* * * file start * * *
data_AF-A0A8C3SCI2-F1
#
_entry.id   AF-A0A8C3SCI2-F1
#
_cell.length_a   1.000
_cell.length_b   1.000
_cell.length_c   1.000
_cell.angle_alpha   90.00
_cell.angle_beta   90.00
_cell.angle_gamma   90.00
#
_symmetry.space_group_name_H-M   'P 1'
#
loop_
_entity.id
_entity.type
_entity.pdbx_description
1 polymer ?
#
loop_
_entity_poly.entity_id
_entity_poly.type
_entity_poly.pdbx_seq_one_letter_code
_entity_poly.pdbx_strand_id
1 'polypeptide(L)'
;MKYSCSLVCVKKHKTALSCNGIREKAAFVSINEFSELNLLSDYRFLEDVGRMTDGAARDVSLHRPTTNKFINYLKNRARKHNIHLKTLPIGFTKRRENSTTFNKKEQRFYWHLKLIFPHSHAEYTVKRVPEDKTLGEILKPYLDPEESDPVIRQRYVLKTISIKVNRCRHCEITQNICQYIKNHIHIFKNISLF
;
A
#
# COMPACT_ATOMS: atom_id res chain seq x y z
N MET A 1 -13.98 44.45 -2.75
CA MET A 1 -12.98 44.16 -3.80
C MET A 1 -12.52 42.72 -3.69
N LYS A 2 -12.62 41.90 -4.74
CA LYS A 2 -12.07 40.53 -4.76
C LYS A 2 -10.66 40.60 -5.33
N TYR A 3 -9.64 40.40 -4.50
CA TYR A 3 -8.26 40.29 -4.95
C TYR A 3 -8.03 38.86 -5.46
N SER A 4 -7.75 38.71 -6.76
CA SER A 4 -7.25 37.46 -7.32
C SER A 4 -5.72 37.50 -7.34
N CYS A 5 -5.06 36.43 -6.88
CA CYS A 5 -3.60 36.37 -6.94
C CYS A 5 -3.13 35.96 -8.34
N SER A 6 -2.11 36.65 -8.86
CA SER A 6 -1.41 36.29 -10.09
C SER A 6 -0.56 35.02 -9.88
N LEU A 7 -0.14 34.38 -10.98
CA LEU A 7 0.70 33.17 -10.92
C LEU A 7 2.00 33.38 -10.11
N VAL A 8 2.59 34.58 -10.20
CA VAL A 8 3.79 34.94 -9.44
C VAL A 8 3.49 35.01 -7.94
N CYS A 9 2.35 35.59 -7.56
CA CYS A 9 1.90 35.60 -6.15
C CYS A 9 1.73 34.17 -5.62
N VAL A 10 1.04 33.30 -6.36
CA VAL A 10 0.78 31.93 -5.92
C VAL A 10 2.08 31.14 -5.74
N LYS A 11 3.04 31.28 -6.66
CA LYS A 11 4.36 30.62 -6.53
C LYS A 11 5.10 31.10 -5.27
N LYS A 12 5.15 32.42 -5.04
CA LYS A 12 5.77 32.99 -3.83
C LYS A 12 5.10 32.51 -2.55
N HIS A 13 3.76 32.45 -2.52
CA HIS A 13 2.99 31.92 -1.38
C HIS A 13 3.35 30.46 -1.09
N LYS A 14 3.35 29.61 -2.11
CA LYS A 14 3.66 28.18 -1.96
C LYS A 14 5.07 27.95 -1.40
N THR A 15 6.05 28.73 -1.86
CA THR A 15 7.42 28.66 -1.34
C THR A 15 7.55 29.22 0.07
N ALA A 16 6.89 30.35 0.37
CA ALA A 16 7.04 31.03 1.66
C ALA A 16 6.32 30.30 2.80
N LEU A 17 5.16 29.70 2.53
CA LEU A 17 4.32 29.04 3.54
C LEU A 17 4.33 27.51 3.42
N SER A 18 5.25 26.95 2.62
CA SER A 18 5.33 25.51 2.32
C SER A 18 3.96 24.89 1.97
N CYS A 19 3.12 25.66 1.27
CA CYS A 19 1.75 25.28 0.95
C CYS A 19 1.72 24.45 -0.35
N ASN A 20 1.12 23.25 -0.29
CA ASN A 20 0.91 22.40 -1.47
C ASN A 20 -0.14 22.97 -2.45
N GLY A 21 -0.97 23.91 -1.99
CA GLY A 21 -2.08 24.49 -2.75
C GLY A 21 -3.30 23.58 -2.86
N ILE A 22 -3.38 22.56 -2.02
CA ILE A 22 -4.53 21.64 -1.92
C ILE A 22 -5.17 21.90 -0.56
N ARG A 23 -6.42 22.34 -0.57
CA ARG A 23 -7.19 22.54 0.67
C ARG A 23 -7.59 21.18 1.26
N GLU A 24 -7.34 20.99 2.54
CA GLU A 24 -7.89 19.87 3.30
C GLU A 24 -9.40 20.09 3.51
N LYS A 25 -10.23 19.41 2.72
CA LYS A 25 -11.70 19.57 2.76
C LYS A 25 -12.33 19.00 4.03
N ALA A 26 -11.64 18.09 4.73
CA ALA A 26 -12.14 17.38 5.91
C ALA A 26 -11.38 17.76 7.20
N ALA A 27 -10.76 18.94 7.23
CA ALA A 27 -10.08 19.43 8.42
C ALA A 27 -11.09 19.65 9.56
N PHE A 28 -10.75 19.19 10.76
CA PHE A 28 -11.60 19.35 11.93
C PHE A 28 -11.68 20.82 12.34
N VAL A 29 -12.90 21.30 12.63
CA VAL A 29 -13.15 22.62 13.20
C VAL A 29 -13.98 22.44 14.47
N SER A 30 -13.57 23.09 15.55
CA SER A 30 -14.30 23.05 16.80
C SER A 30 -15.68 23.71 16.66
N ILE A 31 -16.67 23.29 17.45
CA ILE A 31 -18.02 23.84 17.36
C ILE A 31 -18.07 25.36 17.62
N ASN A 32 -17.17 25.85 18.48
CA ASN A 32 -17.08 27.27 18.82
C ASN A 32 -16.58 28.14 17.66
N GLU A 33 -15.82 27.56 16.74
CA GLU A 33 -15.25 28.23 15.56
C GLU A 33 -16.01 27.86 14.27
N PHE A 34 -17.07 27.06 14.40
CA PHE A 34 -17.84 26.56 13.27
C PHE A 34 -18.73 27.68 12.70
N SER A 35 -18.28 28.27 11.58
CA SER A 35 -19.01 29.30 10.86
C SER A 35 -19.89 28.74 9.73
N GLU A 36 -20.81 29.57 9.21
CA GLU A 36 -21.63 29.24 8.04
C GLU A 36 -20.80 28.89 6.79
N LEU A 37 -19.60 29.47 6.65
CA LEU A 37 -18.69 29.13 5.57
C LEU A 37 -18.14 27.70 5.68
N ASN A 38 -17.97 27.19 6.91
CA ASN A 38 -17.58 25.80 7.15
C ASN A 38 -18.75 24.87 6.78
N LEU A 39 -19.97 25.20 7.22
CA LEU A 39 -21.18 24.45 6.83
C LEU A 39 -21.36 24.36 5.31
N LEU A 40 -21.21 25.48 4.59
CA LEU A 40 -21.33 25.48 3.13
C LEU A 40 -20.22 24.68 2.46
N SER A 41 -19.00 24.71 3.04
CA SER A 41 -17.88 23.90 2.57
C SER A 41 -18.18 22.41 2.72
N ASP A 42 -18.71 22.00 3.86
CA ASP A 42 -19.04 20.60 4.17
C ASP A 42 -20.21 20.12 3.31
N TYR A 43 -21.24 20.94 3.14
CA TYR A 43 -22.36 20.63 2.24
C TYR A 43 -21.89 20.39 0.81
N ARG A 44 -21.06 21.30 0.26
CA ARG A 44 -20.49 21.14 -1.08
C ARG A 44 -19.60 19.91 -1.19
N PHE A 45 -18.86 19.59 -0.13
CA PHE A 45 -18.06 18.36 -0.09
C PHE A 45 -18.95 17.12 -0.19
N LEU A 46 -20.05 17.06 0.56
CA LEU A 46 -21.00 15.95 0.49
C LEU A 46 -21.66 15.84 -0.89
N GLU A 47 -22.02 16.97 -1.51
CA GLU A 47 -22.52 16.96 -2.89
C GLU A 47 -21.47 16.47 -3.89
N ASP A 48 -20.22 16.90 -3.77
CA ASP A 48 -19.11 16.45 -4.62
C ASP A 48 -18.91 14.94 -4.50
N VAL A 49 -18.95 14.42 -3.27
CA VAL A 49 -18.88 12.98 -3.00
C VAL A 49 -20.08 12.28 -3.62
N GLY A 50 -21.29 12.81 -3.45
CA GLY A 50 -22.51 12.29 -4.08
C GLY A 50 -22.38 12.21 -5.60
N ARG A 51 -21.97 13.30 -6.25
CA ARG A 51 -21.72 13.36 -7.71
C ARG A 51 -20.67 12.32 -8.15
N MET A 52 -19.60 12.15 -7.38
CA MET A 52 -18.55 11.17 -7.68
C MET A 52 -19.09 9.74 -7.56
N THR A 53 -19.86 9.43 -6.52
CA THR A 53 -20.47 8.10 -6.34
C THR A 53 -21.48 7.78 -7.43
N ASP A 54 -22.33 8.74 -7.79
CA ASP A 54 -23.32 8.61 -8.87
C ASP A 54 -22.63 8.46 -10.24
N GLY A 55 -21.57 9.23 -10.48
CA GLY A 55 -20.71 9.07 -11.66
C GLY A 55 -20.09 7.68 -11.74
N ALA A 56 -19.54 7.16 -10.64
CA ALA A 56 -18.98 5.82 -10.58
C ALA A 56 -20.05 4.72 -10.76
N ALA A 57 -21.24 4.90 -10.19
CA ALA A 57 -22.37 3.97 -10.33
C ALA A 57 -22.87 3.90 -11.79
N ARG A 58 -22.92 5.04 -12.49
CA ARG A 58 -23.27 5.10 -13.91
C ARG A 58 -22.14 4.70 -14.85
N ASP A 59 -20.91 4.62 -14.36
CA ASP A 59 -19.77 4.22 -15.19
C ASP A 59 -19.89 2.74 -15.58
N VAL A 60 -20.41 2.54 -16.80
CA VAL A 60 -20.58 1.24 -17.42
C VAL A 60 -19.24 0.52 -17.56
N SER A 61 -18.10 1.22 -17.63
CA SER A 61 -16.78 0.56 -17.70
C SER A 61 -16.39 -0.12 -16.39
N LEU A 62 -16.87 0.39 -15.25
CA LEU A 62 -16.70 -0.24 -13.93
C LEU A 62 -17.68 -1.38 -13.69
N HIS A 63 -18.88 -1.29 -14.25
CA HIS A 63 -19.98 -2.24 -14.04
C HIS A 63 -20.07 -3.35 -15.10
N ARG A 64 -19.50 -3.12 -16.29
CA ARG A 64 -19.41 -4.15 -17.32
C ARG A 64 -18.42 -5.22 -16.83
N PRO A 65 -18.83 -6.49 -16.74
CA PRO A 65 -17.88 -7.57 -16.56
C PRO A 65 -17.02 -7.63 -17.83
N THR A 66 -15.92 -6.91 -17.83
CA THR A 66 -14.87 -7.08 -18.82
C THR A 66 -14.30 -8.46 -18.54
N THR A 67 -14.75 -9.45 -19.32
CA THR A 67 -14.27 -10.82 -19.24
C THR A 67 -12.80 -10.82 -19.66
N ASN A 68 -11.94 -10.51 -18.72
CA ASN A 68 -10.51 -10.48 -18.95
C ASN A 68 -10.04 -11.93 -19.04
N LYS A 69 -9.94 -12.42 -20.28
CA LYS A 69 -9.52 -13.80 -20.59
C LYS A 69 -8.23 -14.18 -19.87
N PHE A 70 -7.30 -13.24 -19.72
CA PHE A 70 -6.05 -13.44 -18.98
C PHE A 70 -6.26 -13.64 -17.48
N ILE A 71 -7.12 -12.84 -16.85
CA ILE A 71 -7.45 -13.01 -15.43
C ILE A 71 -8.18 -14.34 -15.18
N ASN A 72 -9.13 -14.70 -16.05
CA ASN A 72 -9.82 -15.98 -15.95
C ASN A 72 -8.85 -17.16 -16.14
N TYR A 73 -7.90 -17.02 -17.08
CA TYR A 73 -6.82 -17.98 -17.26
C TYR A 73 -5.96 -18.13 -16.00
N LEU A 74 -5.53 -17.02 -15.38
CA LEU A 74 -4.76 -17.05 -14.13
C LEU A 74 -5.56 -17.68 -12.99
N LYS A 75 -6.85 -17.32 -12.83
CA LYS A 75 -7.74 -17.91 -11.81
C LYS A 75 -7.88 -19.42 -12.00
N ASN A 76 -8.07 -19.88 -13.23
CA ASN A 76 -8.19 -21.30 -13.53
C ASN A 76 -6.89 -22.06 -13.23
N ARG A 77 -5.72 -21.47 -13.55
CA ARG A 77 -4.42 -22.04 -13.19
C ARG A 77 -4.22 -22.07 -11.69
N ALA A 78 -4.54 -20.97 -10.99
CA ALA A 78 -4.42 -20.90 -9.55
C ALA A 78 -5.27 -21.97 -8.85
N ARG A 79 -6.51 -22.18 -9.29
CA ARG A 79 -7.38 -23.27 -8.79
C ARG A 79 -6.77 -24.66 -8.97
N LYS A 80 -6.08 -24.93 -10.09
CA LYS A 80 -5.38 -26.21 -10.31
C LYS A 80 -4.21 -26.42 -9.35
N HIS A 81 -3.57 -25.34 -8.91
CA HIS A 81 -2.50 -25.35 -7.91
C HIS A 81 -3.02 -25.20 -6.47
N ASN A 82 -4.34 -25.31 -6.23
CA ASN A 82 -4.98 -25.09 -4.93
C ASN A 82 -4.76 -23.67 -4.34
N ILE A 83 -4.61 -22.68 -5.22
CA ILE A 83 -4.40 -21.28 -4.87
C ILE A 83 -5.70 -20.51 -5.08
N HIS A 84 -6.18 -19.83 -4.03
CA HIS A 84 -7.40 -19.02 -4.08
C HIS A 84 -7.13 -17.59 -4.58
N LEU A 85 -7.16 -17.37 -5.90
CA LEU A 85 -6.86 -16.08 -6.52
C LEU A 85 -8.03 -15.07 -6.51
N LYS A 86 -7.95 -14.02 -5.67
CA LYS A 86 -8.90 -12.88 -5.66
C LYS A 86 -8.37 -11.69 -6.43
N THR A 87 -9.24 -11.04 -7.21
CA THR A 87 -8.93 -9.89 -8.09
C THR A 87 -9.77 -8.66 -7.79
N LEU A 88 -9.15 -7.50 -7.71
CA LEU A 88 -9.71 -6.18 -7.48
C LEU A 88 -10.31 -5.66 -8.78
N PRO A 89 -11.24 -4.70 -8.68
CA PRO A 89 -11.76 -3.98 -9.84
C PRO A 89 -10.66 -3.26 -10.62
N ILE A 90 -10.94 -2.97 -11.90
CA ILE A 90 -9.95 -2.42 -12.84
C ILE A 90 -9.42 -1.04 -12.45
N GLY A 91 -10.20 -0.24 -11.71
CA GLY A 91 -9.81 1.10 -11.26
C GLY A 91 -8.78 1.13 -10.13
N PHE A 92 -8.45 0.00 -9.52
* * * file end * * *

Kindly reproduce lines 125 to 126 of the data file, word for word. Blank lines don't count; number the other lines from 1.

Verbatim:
CA ASN A 32 -17.08 27.27 18.82
C ASN A 32 -16.58 28.14 17.66